British Dyslexia Association 9th International Conference: 'Creating Impact Through Innovation' edition:9 location:Guildford, UK date:27-29 March 2014
In this keynote presentation we will present the results of our recent studies on the contribution of auditory processing and speech perception skills on reading development and on their neural basis.
Our longitudinal project demonstrated that children with dyslexia have pre-reading deficits in auditory processing, speech perception and phonology, but more importantly, that basal auditory temporal processing and speech perception in kindergarten uniquely contribute to growth in reading ability (Boets et al., RIDD, 2011).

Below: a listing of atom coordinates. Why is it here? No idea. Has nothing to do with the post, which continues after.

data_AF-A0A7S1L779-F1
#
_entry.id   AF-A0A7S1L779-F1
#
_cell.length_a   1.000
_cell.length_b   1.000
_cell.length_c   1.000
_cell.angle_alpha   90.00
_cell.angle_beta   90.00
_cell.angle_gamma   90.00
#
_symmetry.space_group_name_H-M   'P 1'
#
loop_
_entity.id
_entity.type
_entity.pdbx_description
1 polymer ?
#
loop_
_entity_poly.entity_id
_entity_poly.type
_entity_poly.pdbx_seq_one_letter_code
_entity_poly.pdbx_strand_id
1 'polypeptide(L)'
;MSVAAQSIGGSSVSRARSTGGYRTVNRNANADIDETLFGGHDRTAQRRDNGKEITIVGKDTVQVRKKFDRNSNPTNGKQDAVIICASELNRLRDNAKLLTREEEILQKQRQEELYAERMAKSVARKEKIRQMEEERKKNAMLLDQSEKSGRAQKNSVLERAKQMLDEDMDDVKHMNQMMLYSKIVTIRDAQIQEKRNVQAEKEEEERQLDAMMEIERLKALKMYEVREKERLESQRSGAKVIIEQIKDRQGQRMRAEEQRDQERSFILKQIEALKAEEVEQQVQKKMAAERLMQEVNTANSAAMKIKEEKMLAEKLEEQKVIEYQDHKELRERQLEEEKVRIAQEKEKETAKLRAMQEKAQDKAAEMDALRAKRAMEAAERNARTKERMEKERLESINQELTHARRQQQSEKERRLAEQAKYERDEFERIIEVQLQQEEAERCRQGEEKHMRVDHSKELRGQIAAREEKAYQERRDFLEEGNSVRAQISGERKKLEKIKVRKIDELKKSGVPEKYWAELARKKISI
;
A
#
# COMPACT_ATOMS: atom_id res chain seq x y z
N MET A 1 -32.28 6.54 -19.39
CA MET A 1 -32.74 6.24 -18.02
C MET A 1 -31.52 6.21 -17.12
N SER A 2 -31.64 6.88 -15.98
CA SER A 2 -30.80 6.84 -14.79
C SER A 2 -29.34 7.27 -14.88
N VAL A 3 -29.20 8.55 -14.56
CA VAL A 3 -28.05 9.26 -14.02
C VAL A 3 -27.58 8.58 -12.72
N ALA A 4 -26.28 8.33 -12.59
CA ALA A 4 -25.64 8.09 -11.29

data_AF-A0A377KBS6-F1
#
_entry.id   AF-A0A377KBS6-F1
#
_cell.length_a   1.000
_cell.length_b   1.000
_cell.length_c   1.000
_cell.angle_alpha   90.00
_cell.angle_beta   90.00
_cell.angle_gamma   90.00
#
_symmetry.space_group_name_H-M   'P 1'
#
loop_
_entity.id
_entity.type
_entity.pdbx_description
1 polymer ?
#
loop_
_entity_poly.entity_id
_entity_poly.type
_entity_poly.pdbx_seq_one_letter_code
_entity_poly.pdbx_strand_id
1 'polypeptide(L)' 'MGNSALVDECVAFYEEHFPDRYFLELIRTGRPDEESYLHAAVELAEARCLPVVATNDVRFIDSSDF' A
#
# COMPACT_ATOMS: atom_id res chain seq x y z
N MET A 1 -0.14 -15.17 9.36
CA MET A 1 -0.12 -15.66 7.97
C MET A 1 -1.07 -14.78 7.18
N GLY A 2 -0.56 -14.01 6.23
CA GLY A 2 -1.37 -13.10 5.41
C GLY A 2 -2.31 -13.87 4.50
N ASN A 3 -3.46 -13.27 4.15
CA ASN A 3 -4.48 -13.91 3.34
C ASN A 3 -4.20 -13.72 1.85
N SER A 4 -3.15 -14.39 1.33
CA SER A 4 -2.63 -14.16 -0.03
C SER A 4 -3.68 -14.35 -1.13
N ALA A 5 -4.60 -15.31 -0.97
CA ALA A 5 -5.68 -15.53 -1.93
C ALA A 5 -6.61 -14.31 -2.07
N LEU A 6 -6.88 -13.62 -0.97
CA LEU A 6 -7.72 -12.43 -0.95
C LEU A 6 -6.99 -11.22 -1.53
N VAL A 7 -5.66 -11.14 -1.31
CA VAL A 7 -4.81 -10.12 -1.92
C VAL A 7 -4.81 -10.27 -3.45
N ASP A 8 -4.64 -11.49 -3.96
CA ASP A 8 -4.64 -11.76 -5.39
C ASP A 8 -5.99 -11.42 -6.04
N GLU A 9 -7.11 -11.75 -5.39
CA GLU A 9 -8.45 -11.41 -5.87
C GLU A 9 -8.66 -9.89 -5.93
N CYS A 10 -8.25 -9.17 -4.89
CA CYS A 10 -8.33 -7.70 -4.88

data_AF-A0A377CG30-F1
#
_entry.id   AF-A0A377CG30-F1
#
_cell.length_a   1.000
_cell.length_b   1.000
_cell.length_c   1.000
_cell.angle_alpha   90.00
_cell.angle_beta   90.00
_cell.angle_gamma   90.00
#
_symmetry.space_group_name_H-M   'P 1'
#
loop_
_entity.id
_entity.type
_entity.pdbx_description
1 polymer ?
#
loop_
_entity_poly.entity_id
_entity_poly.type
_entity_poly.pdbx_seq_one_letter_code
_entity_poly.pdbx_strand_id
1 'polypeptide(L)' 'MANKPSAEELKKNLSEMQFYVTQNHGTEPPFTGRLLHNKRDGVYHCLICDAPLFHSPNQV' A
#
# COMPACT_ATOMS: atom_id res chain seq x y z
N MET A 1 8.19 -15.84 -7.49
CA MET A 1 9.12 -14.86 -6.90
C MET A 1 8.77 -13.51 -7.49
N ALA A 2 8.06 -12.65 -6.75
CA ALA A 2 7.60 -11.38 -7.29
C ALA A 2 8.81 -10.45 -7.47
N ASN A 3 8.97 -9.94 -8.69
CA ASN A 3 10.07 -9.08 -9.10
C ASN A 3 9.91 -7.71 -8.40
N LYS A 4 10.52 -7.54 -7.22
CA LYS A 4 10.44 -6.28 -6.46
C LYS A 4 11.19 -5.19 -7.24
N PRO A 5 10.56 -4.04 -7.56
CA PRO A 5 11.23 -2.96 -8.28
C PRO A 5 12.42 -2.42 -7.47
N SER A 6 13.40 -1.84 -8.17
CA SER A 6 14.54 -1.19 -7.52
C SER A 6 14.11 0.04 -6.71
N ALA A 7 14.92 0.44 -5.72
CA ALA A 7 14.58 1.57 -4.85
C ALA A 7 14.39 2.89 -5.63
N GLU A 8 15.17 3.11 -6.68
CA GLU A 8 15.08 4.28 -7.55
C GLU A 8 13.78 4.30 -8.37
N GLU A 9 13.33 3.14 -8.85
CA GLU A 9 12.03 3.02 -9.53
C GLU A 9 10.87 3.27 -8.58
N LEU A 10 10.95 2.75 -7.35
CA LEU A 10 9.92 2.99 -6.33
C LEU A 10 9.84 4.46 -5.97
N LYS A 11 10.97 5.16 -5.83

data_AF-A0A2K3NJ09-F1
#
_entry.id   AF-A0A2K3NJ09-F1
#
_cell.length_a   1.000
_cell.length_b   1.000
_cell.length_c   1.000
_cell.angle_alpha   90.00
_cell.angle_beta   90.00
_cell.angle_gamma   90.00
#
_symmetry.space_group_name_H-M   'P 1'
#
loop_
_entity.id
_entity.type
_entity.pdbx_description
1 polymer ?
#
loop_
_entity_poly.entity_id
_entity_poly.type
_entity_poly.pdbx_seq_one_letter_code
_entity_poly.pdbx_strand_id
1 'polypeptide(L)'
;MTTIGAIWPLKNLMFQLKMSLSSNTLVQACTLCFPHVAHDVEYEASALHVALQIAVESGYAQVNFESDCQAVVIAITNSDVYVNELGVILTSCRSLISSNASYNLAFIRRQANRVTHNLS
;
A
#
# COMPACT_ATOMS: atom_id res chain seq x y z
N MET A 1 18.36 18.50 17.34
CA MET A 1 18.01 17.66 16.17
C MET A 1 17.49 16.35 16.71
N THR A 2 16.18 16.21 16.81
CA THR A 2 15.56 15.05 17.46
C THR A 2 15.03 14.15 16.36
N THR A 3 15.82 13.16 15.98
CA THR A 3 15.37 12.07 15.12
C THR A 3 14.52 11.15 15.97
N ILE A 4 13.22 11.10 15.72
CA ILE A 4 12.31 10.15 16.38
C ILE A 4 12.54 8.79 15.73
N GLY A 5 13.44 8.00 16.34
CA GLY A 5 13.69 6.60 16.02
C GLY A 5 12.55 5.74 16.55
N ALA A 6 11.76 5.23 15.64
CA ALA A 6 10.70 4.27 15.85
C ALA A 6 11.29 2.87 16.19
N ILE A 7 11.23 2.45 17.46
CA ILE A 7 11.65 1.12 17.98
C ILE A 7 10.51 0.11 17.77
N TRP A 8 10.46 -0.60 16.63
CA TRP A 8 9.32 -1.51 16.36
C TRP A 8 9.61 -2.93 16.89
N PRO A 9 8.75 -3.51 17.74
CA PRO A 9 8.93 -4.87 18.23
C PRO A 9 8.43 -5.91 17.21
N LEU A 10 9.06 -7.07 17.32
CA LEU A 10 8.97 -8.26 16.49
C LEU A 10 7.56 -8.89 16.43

We investigated structural and functional neural connectivity in the speech perception, phonology and reading network (using DTI and fMRI) and neural auditory processing (using Auditory Steady-State Responses, ASSR) in a sample of adults with dyslexia. DTI results showed specific impairments in the left arcuate fasciculus (important for the sublexical reading route), and not in the left inferior-frontal-occipital fasciculus (important for the lexical reading route) (Vandermosten et al., Brain, 2012). fMRI results confirmed decreased connectivity between cortical regions involved in speech perception (Boets et al., Science, 2013). ASSR results demonstrated decreased neural responses for auditory modulations which are important for phoneme identification (20 Hz) whereas no problems were found for the syllabic-rate (4 Hz). Not only were the phonemic-rate responses in left posterior areas lower, also the functional connection between hemispheres and within the left posterior regions was weaker (Poelmans et al., Ear and Hearing, 2012).